Anatomy of Landsat 8
Have you ever wondered what all the parts of a satellite do? This video identifies a few of the main components onboard Landsat 8 and tells you about their role in flying the satellite and capturing images of the Earth's surface below. Learn more about USGS Landsat.
Location Taken: Sioux Falls, SD, US
The 9-meter (29.5-foot) solar array is a long sheet of solar panels that convert sunlight into electricity to power the instruments on board the spacecraft and to charge the flight battery.
The flight battery provides power for the instruments when the spacecraft is on the dark side of the Earth and the solar is in shadow.
Operational Land Imager
The OLI is one of two primary imaging instruments on Landsat 8. The OLI acquires images of the Earth’s surface in nine different bands of visible and invisible (infrared) light.
Bands 1 through 7 and 9 have a 30-meter resolution while band 8, called the panchromatic band, has a higher 15-m resolution.
Thermal Infrared Sensor
The TIRS is the second of Landsat 8’s two primary imaging instruments.
The TIRS gathers images of the Earth’s surface in two infrared (thermal) bands that are particularly useful in providing accurate surface temperatures of the planet’s land areas.
The main body of Landsat 8 is wrapped in an insulating blanket made of multiple layers of Mylar® film with an outer layer of shiny, aluminized Kapton® film, which can withstand temperatures ranging from -269̊ C to 400° C (-452° F to 752° F).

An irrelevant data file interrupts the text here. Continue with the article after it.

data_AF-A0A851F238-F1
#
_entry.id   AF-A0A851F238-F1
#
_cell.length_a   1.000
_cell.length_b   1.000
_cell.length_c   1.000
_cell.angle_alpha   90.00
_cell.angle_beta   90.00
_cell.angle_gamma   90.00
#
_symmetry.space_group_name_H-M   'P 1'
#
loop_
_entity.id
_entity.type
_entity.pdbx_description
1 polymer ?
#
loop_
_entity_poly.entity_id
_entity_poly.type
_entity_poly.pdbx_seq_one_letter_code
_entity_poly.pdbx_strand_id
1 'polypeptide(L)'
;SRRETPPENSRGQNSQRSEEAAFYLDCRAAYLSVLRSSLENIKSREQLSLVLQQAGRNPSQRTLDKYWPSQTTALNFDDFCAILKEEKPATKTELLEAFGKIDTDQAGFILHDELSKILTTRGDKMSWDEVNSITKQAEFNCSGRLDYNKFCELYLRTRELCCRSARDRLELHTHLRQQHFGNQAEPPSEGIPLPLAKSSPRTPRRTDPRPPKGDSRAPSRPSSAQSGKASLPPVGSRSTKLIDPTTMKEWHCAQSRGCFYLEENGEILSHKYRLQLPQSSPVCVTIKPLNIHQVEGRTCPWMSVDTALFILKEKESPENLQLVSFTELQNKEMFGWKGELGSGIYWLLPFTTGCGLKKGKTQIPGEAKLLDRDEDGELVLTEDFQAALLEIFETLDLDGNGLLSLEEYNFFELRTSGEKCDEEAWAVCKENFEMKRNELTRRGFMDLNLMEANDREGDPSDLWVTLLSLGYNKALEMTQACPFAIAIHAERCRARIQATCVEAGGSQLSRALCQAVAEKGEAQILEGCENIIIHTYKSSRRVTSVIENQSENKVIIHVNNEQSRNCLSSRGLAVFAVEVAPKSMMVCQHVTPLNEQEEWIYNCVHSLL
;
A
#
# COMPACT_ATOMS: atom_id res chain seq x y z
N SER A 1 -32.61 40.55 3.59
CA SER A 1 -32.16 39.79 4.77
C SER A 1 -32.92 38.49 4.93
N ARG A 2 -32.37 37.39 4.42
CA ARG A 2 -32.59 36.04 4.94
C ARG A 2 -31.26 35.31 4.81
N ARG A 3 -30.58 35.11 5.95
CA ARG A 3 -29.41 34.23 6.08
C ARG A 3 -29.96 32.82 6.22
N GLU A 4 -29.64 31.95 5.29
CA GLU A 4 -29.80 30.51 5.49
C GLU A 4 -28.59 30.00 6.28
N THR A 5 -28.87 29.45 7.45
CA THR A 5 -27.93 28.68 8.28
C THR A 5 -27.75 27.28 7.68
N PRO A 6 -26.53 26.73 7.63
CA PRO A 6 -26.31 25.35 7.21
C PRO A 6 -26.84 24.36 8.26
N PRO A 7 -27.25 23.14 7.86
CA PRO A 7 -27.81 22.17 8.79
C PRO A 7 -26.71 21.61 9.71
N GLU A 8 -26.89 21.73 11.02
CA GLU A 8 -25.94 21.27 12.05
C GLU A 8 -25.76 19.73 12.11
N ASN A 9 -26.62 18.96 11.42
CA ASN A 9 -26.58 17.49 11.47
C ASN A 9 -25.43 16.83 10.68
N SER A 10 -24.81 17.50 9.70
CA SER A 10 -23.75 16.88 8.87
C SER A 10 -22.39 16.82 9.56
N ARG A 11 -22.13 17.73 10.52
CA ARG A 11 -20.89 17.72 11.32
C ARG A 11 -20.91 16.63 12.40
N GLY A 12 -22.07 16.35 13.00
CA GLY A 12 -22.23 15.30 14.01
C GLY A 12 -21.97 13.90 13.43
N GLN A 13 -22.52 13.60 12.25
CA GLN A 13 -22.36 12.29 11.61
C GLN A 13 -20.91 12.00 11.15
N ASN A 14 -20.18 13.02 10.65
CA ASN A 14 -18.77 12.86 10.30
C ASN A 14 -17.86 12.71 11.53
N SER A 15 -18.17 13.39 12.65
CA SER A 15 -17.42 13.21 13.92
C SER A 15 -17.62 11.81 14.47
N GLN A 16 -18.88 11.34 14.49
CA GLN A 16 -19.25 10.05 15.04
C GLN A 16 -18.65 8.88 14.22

This MLI, as it’s called, helps maintain the overall internal temperature of the spacecraft, preventing it from getting too cold or hot. The MLI also provides protection from micrometeorites.
Landsat 8’s propulsion system includes eight thrusters surrounding a fuel tank.
Like tiny rockets, the thrusters can be fired to move the spacecraft to maintain its proper orbit around the Earth.
X- and S-Band Antennas
Landsat 8 is equipped with two sets of communication antennas:
S -band antennas are used by ground control to “talk” to the satellite and issue commands.
X-band antennas are involved in broadcasting images acquired by the onboard instruments down to the Earth.
Solid State Recorder
A solid state recorder stores images acquired by OLI and TIRS prior to those images being sent down, via X-band antennas, to date-receiving ground stations on the Earth.
Attitude Control System
Landsat satellites maintain a precise attitude or orientation, in space to capture images of the Earth’s surface from exactly the same position every time. Several elements work together to accomplish this, including:
- Star trackers calculate the spacecraft’s orientation by looking at a catalog of navigational stars through a sensor that matches patterns of stars and their relation to the Earth’s position in space.
- A Global Positioning Systems (GPS) similar to what is found on smart phones, tells the spacecraft where it is in relation to the Earth with even greater accuracy than the star trackers.
- Three pairs of reaction wheels allow tipping and turning of the spacecraft to achieve the perfect orientation for imaging the Earth’s surface in a consistent way.